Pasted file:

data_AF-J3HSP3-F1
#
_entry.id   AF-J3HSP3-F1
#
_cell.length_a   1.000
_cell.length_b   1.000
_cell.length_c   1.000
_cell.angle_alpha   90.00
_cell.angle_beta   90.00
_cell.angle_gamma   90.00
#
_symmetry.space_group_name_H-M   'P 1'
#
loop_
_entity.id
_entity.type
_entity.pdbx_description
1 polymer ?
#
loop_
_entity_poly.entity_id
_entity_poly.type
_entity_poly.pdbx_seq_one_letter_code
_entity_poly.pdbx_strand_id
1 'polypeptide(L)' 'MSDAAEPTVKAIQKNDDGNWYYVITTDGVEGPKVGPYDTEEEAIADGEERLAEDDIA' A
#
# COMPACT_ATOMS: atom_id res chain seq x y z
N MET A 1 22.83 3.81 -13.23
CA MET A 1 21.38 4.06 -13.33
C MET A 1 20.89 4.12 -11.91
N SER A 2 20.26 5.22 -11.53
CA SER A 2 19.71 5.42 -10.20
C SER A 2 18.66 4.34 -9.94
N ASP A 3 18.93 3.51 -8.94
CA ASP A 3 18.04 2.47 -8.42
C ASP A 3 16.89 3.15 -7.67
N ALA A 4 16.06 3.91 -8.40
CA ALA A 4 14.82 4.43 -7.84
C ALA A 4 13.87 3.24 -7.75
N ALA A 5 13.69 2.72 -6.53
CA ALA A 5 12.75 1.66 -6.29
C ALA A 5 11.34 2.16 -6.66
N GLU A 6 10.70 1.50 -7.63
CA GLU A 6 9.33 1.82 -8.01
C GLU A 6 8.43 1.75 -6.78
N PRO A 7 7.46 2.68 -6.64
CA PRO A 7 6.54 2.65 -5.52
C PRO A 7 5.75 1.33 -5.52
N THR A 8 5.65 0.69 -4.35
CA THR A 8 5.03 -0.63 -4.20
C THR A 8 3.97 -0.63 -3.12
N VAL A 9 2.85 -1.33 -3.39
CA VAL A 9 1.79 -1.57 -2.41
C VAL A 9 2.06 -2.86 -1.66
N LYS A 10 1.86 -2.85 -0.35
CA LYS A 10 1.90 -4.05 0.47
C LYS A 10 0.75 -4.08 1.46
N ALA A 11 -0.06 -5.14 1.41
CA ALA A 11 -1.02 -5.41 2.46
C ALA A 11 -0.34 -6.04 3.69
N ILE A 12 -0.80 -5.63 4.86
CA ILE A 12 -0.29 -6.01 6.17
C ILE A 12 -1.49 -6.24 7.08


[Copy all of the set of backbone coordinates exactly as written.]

data_AF-J3HSP3-F1
#
_entry.id   AF-J3HSP3-F1
#
_cell.length_a   1.000
_cell.length_b   1.000
_cell.length_c   1.000
_cell.angle_alpha   90.00
_cell.angle_beta   90.00
_cell.angle_gamma   90.00
#
_symmetry.space_group_name_H-M   'P 1'
#
loop_
_entity.id
_entity.type
_entity.pdbx_description
1 polymer ?
#
loop_
_entity_poly.entity_id
_entity_poly.type
_entity_poly.pdbx_seq_one_letter_code
_entity_poly.pdbx_strand_id
1 'polypeptide(L)' 'MSDAAEPTVKAIQKNDDGNWYYVITTDGVEGPKVGPYDTEEEAIADGEERLAEDDIA' A
#
# COMPACT_ATOMS: atom_id res chain seq x y z
N MET A 1 22.83 3.81 -13.23
CA MET A 1 21.38 4.06 -13.33
C MET A 1 20.89 4.12 -11.91
N SER A 2 20.26 5.22 -11.53
CA SER A 2 19.71 5.42 -10.20
C SER A 2 18.66 4.34 -9.94
N ASP A 3 18.93 3.51 -8.94
CA ASP A 3 18.04 2.47 -8.42
C ASP A 3 16.89 3.15 -7.67
N ALA A 4 16.06 3.91 -8.40
CA ALA A 4 14.82 4.43 -7.84
C ALA A 4 13.87 3.24 -7.75
N ALA A 5 13.69 2.72 -6.53
CA ALA A 5 12.75 1.66 -6.29
C ALA A 5 11.34 2.16 -6.66
N GLU A 6 10.70 1.50 -7.63
CA GLU A 6 9.33 1.82 -8.01
C GLU A 6 8.43 1.75 -6.78
N PRO A 7 7.46 2.68 -6.64
CA PRO A 7 6.54 2.65 -5.52
C PRO A 7 5.75 1.33 -5.52
N THR A 8 5.65 0.69 -4.35
CA THR A 8 5.03 -0.63 -4.20
C THR A 8 3.97 -0.63 -3.12
N VAL A 9 2.85 -1.33 -3.39
CA VAL A 9 1.79 -1.57 -2.41
C VAL A 9 2.06 -2.86 -1.66
N LYS A 10 1.86 -2.85 -0.35
CA LYS A 10 1.90 -4.05 0.47
C LYS A 10 0.75 -4.08 1.46
N ALA A 11 -0.06 -5.14 1.41
CA ALA A 11 -1.02 -5.41 2.46
C ALA A 11 -0.34 -6.04 3.69
N ILE A 12 -0.80 -5.63 4.86
CA ILE A 12 -0.29 -6.01 6.17
C ILE A 12 -1.49 -6.24 7.08